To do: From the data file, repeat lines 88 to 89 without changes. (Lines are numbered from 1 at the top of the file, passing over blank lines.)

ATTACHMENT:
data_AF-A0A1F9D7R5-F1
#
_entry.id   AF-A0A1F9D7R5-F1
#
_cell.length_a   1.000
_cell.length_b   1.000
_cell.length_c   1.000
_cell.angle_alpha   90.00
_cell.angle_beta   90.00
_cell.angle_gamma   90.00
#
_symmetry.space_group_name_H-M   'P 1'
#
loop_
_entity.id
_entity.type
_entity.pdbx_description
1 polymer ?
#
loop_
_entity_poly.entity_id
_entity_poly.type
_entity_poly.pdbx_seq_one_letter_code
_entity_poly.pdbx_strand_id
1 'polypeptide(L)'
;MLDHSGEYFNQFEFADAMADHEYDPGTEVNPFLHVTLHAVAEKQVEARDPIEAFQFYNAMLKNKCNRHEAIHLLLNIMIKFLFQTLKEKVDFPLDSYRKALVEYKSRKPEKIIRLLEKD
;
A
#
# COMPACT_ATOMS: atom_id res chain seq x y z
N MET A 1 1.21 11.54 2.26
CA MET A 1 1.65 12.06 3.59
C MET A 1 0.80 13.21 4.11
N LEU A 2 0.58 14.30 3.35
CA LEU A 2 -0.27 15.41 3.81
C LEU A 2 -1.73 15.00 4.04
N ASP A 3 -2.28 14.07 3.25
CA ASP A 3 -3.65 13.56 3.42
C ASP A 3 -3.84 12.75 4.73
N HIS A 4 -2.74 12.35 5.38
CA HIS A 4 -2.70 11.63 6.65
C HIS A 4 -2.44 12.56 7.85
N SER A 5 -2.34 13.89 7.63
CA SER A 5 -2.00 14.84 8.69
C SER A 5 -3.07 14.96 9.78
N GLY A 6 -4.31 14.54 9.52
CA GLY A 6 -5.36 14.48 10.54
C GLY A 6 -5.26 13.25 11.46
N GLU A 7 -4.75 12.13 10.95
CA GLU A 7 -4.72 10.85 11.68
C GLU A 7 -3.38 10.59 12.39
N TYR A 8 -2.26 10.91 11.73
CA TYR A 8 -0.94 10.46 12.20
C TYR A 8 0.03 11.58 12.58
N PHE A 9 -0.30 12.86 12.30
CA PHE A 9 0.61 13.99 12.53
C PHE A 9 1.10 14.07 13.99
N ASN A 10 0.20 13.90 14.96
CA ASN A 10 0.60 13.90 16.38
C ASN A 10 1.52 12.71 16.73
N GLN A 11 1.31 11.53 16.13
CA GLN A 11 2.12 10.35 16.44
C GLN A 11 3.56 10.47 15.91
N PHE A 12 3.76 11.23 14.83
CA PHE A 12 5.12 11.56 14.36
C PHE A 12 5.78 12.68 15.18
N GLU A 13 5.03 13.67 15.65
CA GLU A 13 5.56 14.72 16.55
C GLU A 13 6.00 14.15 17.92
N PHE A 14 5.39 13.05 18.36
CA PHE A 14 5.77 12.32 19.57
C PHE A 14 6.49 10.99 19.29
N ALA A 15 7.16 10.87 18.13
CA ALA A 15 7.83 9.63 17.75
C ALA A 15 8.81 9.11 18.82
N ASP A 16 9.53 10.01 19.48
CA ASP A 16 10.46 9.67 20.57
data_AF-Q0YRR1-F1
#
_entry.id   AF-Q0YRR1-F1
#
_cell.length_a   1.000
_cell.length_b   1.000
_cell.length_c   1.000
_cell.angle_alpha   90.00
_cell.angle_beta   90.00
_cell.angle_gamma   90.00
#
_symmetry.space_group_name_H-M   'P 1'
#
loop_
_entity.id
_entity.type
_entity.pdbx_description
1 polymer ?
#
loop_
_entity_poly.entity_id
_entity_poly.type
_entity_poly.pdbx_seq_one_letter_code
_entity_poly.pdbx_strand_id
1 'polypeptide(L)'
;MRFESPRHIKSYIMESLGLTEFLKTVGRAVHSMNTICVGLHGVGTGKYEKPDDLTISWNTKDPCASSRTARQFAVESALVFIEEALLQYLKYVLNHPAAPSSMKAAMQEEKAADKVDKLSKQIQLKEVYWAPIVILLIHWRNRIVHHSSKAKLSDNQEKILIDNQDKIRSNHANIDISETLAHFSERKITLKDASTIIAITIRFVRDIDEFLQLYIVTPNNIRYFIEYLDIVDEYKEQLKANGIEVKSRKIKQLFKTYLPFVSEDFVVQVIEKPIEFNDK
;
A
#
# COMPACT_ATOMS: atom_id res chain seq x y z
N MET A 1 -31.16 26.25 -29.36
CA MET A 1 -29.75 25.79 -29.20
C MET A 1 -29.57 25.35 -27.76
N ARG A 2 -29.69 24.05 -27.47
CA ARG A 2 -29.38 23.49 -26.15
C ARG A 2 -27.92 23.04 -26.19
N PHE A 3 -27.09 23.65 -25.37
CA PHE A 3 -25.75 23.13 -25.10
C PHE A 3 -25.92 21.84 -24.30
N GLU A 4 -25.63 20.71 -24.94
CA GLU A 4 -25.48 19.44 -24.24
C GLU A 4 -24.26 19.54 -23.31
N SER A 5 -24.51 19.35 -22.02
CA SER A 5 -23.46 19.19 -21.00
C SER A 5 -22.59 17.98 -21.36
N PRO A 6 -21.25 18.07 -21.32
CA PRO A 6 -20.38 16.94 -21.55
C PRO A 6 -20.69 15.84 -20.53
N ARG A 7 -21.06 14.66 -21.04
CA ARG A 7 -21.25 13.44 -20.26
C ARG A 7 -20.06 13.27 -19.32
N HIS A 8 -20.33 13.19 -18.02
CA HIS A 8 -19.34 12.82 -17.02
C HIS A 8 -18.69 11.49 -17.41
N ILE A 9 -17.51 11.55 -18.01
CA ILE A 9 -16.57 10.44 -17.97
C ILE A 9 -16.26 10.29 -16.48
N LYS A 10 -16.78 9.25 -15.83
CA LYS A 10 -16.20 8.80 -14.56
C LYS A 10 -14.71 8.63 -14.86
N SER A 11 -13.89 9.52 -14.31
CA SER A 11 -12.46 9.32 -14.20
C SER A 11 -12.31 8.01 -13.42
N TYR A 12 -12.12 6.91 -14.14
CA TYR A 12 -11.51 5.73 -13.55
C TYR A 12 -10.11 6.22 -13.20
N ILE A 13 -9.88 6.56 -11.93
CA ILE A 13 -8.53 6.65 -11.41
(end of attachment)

#
_symmetry.space_group_name_H-M   'P 1'